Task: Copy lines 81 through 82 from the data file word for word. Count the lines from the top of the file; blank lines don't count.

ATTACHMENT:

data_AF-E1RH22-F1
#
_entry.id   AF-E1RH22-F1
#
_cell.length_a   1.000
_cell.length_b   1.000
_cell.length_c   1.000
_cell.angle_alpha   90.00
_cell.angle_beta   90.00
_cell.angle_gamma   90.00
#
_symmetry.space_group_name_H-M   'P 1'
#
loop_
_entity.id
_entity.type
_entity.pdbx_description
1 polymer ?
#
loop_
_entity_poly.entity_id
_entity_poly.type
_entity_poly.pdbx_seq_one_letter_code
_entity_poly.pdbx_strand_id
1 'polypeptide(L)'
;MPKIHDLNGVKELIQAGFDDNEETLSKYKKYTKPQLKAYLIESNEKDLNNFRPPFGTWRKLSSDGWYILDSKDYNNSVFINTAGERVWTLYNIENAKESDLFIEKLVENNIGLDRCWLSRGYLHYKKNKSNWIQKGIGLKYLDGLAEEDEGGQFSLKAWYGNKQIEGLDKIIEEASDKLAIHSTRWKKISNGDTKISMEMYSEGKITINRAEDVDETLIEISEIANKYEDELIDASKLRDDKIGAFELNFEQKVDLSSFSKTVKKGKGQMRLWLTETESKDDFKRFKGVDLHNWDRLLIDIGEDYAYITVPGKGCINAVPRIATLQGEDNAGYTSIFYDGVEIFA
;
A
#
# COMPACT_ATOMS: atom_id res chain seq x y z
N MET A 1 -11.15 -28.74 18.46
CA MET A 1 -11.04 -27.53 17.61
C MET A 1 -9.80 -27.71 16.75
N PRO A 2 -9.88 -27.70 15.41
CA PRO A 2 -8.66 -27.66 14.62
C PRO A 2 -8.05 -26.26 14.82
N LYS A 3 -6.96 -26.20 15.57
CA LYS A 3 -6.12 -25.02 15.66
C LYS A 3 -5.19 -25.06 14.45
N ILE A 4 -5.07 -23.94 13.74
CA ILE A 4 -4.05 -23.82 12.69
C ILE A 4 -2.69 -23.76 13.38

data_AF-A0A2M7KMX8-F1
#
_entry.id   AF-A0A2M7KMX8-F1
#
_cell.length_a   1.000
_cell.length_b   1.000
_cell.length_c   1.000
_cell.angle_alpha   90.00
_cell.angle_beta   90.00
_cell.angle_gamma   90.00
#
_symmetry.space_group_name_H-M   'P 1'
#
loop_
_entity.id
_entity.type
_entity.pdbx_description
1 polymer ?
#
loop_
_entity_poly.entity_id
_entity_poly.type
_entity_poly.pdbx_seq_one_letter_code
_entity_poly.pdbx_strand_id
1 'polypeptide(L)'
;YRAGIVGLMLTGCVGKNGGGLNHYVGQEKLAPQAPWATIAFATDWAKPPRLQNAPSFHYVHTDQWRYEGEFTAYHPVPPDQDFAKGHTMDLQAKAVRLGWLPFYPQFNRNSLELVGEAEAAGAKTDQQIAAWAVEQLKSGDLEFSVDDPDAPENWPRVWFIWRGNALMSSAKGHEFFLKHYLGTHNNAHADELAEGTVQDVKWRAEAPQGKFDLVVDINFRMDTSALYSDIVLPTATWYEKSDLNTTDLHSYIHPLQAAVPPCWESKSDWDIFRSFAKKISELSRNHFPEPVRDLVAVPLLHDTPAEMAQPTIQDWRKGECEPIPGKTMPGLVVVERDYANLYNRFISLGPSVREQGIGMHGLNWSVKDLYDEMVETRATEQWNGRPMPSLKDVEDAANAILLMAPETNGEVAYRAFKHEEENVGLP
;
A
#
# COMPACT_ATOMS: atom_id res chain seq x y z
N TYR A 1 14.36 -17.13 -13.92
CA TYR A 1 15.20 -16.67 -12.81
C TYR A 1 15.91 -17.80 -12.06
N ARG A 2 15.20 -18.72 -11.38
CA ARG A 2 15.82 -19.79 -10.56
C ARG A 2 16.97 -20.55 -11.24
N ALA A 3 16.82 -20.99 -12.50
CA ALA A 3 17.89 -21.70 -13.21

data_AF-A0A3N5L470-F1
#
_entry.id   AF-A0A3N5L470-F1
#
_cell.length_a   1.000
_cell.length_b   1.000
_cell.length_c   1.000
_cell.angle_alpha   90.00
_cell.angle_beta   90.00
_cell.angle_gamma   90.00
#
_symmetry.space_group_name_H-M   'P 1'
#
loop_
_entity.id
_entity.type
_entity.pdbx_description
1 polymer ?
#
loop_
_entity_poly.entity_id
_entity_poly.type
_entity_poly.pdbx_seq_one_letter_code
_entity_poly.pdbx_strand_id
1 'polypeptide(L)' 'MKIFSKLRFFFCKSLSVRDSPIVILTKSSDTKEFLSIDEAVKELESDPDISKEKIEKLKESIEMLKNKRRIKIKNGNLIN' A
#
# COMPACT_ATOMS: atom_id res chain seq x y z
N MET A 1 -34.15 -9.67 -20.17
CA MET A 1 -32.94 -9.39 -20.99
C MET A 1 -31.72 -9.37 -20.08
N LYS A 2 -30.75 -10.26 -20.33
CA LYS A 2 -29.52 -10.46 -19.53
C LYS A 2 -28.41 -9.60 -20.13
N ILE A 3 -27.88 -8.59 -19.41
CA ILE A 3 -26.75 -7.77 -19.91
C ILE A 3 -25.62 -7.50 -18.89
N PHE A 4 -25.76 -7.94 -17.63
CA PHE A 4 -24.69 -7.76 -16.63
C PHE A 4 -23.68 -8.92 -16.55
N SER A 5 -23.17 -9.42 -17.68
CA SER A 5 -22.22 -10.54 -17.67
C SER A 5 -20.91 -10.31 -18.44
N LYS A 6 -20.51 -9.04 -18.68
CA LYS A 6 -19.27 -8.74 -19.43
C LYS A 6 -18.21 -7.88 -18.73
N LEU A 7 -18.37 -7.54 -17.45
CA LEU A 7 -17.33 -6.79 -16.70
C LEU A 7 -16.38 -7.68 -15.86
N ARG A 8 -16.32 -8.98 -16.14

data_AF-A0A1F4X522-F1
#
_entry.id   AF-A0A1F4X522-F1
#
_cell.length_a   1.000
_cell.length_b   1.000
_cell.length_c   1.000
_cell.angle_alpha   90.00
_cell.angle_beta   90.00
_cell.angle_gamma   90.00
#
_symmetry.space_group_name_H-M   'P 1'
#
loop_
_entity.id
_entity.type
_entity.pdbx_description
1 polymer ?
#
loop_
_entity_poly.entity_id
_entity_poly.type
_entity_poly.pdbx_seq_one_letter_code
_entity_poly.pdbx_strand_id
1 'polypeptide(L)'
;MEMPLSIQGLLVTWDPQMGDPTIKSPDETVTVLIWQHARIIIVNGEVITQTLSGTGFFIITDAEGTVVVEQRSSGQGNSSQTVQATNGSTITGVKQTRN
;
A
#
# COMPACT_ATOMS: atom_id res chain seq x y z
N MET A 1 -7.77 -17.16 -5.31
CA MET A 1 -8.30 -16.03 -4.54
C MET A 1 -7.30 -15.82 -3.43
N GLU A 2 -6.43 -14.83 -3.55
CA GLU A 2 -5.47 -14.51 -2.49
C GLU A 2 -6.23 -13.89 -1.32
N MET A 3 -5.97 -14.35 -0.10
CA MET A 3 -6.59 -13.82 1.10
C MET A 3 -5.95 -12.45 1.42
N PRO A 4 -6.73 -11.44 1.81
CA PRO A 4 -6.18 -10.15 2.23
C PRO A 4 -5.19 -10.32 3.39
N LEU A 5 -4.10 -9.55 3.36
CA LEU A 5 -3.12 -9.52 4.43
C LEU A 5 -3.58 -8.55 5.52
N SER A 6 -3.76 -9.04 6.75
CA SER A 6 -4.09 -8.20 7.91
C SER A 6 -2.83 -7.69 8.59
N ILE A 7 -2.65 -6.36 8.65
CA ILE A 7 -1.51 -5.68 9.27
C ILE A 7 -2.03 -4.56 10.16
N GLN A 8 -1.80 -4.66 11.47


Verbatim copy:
data_AF-A0A3N5L470-F1
#